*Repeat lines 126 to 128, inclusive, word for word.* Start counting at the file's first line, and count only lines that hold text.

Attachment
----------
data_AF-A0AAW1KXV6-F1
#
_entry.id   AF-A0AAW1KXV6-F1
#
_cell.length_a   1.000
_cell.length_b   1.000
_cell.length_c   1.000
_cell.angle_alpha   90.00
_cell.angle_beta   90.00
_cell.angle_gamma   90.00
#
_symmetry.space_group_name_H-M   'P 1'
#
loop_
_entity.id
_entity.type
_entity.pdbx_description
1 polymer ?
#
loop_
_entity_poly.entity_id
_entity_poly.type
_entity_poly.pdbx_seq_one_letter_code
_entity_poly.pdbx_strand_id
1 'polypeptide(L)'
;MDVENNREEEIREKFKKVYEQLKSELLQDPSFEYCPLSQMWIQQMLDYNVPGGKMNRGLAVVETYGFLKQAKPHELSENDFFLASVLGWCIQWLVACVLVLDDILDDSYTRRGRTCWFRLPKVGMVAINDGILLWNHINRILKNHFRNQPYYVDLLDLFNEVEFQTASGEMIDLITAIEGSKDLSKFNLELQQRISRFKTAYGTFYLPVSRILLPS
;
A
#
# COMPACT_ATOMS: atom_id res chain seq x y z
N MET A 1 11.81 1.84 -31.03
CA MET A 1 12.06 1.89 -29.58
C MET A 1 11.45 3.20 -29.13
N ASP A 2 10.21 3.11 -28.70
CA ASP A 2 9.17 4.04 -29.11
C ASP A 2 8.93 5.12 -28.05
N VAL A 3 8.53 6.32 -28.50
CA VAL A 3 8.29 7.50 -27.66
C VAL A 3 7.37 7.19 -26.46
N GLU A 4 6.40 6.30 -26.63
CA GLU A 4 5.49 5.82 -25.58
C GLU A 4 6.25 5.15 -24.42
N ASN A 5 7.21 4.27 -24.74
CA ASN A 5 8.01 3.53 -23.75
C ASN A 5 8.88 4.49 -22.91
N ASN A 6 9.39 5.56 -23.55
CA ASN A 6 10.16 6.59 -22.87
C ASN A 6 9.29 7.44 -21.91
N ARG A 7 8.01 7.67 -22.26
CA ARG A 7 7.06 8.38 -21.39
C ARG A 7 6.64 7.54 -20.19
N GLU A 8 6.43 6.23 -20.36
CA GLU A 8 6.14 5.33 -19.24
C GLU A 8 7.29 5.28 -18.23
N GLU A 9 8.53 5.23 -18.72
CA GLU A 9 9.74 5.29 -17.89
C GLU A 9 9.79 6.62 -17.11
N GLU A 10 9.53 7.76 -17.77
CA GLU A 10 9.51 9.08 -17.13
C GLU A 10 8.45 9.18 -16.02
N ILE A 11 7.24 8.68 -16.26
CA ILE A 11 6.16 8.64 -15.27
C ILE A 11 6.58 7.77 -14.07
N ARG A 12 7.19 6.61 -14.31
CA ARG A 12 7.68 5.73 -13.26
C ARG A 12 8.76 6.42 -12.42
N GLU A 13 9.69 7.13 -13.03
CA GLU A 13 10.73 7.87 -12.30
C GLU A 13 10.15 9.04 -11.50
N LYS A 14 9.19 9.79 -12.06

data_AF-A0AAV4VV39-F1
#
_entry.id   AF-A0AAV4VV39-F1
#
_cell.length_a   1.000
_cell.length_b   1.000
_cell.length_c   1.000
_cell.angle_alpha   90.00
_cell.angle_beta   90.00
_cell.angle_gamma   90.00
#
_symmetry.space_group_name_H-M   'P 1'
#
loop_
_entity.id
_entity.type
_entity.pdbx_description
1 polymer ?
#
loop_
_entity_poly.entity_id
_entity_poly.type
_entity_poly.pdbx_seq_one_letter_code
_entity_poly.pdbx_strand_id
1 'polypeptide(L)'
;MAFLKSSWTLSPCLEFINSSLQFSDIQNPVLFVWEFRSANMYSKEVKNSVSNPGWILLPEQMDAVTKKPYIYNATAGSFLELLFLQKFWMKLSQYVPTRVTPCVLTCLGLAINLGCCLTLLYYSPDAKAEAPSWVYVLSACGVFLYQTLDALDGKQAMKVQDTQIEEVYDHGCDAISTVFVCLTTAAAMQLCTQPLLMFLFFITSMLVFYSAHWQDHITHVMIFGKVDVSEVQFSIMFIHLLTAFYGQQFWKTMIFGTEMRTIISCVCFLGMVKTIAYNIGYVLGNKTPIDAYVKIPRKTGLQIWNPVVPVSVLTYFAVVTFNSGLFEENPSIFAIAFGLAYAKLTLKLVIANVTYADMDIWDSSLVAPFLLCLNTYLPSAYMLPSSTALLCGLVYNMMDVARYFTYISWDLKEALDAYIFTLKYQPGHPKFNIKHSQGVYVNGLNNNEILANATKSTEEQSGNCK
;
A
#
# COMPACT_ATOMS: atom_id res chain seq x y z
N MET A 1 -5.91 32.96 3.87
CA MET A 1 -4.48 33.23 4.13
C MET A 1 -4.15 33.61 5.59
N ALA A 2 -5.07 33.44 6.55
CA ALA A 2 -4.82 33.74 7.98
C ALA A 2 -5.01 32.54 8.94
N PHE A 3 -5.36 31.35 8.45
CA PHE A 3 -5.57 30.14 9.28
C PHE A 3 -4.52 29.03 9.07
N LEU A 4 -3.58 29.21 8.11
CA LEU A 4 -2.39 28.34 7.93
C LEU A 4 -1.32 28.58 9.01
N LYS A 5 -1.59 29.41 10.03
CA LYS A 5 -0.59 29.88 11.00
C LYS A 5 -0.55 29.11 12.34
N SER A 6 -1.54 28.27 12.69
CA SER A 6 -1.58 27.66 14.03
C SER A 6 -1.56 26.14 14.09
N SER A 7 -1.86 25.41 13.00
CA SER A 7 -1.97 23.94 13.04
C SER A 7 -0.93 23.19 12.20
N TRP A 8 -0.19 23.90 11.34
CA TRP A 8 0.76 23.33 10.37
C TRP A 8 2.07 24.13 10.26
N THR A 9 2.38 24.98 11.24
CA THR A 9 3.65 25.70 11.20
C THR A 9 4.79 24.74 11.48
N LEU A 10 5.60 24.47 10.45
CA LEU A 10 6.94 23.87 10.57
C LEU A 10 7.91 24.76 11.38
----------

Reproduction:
CA THR A 9 3.65 25.70 11.20
C THR A 9 4.79 24.74 11.48
N LEU A 10 5.60 24.47 10.45